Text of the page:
"Well done, good and trustworthy slave; you have been trustworthy in a few things, I will put you in charge of many things, enter into the joy of your master" (Matt. 25:21).
As all athletes who want to win will keep their eyes on the finish line, Joannie Rochette in her endeavor “pressed on”, kept her eyes on her goal and won the prize “brabeion”, an award for exceptional performance.
Now we come to the fifth Sunday of Lent. This is a time for us to walk with Jesus towards Calvary where we see the utmost redeeming love for the salvation of the whole of humanity. I encourage you to keep your eyes on Jesus. We shall experience his forgiveness and renewal of our souls.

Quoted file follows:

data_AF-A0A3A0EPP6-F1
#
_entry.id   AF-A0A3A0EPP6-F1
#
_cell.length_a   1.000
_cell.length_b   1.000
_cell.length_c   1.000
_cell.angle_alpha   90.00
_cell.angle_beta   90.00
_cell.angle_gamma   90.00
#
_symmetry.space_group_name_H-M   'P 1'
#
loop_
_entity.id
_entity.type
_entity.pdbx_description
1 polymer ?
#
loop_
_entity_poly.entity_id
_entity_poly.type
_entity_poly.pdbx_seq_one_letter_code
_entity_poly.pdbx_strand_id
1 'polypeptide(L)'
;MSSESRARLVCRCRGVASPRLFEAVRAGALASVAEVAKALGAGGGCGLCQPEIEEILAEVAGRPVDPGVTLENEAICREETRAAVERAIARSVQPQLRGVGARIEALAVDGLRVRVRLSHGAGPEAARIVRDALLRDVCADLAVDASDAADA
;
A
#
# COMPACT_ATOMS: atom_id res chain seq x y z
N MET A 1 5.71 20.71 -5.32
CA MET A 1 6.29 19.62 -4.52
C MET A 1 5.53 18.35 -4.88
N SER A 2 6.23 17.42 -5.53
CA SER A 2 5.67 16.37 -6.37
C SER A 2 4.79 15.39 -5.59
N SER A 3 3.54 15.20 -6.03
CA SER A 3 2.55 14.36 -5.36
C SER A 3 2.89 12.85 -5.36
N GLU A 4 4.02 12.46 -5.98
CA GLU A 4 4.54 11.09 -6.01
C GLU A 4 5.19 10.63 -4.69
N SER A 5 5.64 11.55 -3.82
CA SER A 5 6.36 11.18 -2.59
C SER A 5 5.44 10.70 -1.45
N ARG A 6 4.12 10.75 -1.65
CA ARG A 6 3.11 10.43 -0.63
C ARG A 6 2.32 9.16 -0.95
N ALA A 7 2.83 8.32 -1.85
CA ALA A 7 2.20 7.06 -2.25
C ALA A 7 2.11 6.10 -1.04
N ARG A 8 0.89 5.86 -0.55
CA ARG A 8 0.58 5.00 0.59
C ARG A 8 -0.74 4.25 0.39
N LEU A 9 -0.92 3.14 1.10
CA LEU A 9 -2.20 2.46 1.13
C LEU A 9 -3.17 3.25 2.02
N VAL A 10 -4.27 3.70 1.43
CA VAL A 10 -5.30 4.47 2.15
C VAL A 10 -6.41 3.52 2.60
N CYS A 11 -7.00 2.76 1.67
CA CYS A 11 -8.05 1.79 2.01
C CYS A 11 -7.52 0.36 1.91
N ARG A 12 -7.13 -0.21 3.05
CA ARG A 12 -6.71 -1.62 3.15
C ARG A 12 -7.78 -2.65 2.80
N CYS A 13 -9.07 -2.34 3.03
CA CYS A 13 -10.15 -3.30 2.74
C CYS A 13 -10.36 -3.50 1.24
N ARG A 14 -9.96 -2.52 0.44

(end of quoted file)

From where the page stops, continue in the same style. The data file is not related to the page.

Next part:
Remember the woman who sits at Jesus’ feet and pours out her devotion with tears of gratitude. She had been pushed to the edges because of her lifestyle and was without hope of recovery. She looked at Jesus and found compassion, no judgment but forgiveness as he said, “daughter sin no more.” This is a story about a condemned sinner who was set free by the love of Christ and showed a grateful love in return—a love and devotion that flowed from the depth of her soul (John 12: 1-8). Just as Jesus was profoundly moved by this woman’s active, loving worship, so He will be moved by the perfume of our lives broken unconditionally at His feet.[3]
I invite you to sit at the feet of Jesus and pour out your hearts and ask for his mercy, blessing and grace to be upon your lives. Keep your eyes on Jesus so your prize may be that your eyes will be opened to see the glory and the beauty of the risen Christ on Easter morning.
“Press on toward the goal for the prize of the heavenly call of God in Christ Jesus.”